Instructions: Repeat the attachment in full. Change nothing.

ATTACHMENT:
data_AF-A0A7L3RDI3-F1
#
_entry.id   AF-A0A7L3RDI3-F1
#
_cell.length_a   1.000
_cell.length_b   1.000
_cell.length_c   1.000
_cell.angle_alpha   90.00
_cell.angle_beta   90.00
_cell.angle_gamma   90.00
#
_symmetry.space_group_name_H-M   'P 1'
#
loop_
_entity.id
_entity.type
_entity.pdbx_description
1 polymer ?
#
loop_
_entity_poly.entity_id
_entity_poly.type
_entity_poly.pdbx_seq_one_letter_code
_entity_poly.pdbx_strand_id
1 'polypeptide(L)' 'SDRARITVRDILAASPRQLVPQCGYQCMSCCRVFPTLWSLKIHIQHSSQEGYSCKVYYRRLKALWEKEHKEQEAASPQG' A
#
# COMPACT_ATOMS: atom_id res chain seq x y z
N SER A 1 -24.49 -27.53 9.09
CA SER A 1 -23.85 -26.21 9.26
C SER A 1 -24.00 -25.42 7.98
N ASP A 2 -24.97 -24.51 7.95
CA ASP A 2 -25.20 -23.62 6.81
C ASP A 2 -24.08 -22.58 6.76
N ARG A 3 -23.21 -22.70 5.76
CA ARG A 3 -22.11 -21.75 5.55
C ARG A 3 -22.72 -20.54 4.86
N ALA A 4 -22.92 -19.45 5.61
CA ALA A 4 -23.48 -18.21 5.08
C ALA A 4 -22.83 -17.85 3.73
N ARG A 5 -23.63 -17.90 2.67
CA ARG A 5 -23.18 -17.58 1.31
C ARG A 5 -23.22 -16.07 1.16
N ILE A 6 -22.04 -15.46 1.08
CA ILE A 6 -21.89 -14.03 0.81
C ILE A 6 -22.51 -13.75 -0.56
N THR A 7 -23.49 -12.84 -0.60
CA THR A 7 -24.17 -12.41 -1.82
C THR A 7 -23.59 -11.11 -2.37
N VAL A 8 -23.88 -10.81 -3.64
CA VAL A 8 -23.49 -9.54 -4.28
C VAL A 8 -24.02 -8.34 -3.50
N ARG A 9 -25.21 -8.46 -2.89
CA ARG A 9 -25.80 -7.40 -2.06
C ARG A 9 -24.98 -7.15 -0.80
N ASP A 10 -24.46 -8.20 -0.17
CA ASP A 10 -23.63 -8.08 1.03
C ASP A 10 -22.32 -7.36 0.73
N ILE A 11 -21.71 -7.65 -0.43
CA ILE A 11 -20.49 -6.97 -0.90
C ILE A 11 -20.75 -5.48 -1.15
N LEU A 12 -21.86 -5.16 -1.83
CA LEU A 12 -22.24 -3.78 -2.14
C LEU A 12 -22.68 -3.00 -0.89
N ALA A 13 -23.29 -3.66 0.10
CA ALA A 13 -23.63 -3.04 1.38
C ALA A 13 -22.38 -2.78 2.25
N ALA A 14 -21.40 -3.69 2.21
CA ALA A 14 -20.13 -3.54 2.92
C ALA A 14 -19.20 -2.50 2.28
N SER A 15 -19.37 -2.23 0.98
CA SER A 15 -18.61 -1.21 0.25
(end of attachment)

data_AF-A0A7L3RDI3-F1
#
_entry.id   AF-A0A7L3RDI3-F1
#
_cell.length_a   1.000
_cell.length_b   1.000
_cell.length_c   1.000
_cell.angle_alpha   90.00
_cell.angle_beta   90.00
_cell.angle_gamma   90.00
#
_symmetry.space_group_name_H-M   'P 1'
#
loop_
_entity.id
_entity.type
_entity.pdbx_description
1 polymer ?
#
loop_
_entity_poly.entity_id
_entity_poly.type
_entity_poly.pdbx_seq_one_letter_code
_entity_poly.pdbx_strand_id
1 'polypeptide(L)' 'SDRARITVRDILAASPRQLVPQCGYQCMSCCRVFPTLWSLKIHIQHSSQEGYSCKVYYRRLKALWEKEHKEQEAASPQG' A
#
# COMPACT_ATOMS: atom_id res chain seq x y z
N SER A 1 -24.49 -27.53 9.09
CA SER A 1 -23.85 -26.21 9.26
C SER A 1 -24.00 -25.42 7.98
N ASP A 2 -24.97 -24.51 7.95
CA ASP A 2 -25.20 -23.62 6.81
C ASP A 2 -24.08 -22.58 6.76
N ARG A 3 -23.21 -22.70 5.76
CA ARG A 3 -22.11 -21.75 5.55
C ARG A 3 -22.72 -20.54 4.86
N ALA A 4 -22.92 -19.45 5.61
CA ALA A 4 -23.48 -18.21 5.08
C ALA A 4 -22.83 -17.85 3.73
N ARG A 5 -23.63 -17.90 2.67
CA ARG A 5 -23.18 -17.58 1.31
C ARG A 5 -23.22 -16.07 1.16
N ILE A 6 -22.04 -15.46 1.08
CA ILE A 6 -21.89 -14.03 0.81
C ILE A 6 -22.51 -13.75 -0.56
N THR A 7 -23.49 -12.84 -0.60
CA THR A 7 -24.17 -12.41 -1.82
C THR A 7 -23.59 -11.11 -2.37
N VAL A 8 -23.88 -10.81 -3.64
CA VAL A 8 -23.49 -9.54 -4.28
C VAL A 8 -24.02 -8.34 -3.50
N ARG A 9 -25.21 -8.46 -2.89
CA ARG A 9 -25.80 -7.40 -2.06
C ARG A 9 -24.98 -7.15 -0.80
N ASP A 10 -24.46 -8.20 -0.17
CA ASP A 10 -23.63 -8.08 1.03
C ASP A 10 -22.32 -7.36 0.73
N ILE A 11 -21.71 -7.65 -0.43
CA ILE A 11 -20.49 -6.97 -0.90
C ILE A 11 -20.75 -5.48 -1.15
N LEU A 12 -21.86 -5.16 -1.83
CA LEU A 12 -22.24 -3.78 -2.14
C LEU A 12 -22.68 -3.00 -0.89
N ALA A 13 -23.29 -3.66 0.10
CA ALA A 13 -23.63 -3.04 1.38
C ALA A 13 -22.38 -2.78 2.25
N ALA A 14 -21.40 -3.69 2.21
CA ALA A 14 -20.13 -3.54 2.92
C ALA A 14 -19.20 -2.50 2.28
N SER A 15 -19.37 -2.23 0.98
CA SER A 15 -18.61 -1.21 0.25